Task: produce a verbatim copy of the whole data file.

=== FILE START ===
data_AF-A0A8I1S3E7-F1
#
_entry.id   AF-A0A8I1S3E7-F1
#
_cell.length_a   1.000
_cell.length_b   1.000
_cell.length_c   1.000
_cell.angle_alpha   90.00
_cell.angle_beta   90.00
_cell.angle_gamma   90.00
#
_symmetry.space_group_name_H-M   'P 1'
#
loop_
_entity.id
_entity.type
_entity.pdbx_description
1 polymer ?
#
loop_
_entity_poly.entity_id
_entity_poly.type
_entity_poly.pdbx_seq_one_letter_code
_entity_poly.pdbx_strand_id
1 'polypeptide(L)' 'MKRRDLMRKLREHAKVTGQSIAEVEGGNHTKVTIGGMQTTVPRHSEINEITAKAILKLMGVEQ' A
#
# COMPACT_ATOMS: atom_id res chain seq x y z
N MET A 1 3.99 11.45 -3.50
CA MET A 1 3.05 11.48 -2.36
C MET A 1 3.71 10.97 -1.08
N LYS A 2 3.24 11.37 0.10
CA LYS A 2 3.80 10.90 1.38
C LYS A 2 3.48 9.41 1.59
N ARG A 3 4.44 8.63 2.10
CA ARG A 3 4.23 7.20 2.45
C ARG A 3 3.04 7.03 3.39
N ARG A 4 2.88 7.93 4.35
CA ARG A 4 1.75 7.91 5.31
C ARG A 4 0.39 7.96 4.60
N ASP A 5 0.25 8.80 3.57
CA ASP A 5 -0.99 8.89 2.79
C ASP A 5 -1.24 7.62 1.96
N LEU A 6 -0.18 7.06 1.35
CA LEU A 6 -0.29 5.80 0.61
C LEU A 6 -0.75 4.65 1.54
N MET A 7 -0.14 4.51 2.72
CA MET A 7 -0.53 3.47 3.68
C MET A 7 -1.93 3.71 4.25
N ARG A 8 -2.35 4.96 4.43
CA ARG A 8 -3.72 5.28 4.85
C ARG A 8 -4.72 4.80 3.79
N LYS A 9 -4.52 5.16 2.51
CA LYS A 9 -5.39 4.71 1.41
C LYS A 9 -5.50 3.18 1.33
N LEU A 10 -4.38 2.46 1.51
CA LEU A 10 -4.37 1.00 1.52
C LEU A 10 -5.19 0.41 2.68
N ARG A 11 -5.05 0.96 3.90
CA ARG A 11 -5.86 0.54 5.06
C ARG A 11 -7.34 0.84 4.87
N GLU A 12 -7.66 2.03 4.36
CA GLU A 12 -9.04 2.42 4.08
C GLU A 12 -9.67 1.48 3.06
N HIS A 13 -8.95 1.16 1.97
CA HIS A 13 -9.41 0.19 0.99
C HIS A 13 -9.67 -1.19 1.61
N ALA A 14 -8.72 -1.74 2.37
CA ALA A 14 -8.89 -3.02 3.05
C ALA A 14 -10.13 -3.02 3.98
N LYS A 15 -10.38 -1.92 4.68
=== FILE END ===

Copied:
data_AF-A0A8I1S3E7-F1
#
_entry.id   AF-A0A8I1S3E7-F1
#
_cell.length_a   1.000
_cell.length_b   1.000
_cell.length_c   1.000
_cell.angle_alpha   90.00
_cell.angle_beta   90.00
_cell.angle_gamma   90.00
#
_symmetry.space_group_name_H-M   'P 1'
#
loop_
_entity.id
_entity.type
_entity.pdbx_description
1 polymer ?
#
loop_
_entity_poly.entity_id
_entity_poly.type
_entity_poly.pdbx_seq_one_letter_code
_entity_poly.pdbx_strand_id
1 'polypeptide(L)' 'MKRRDLMRKLREHAKVTGQSIAEVEGGNHTKVTIGGMQTTVPRHSEINEITAKAILKLMGVEQ' A
#
# COMPACT_ATOMS: atom_id res chain seq x y z
N MET A 1 3.99 11.45 -3.50
CA MET A 1 3.05 11.48 -2.36
C MET A 1 3.71 10.97 -1.08
N LYS A 2 3.24 11.37 0.10
CA LYS A 2 3.80 10.90 1.38
C LYS A 2 3.48 9.41 1.59
N ARG A 3 4.44 8.63 2.10
CA ARG A 3 4.23 7.20 2.45
C ARG A 3 3.04 7.03 3.39
N ARG A 4 2.88 7.93 4.35
CA ARG A 4 1.75 7.91 5.31
C ARG A 4 0.39 7.96 4.60
N ASP A 5 0.25 8.80 3.57
CA ASP A 5 -0.99 8.89 2.79
C ASP A 5 -1.24 7.62 1.96
N LEU A 6 -0.18 7.06 1.35
CA LEU A 6 -0.29 5.80 0.61
C LEU A 6 -0.75 4.65 1.54
N MET A 7 -0.14 4.51 2.72
CA MET A 7 -0.53 3.47 3.68
C MET A 7 -1.93 3.71 4.25
N ARG A 8 -2.35 4.96 4.43
CA ARG A 8 -3.72 5.28 4.85
C ARG A 8 -4.72 4.80 3.79
N LYS A 9 -4.52 5.16 2.51
CA LYS A 9 -5.39 4.71 1.41
C LYS A 9 -5.50 3.18 1.33
N LEU A 10 -4.38 2.46 1.51
CA LEU A 10 -4.37 1.00 1.52
C LEU A 10 -5.19 0.41 2.68
N ARG A 11 -5.05 0.96 3.90
CA ARG A 11 -5.86 0.54 5.06
C ARG A 11 -7.34 0.84 4.87
N GLU A 12 -7.66 2.03 4.36
CA GLU A 12 -9.04 2.42 4.08
C GLU A 12 -9.67 1.48 3.06
N HIS A 13 -8.95 1.16 1.97
CA HIS A 13 -9.41 0.19 0.99
C HIS A 13 -9.67 -1.19 1.61
N ALA A 14 -8.72 -1.74 2.37
CA ALA A 14 -8.89 -3.02 3.05
C ALA A 14 -10.13 -3.02 3.98
N LYS A 15 -10.38 -1.92 4.68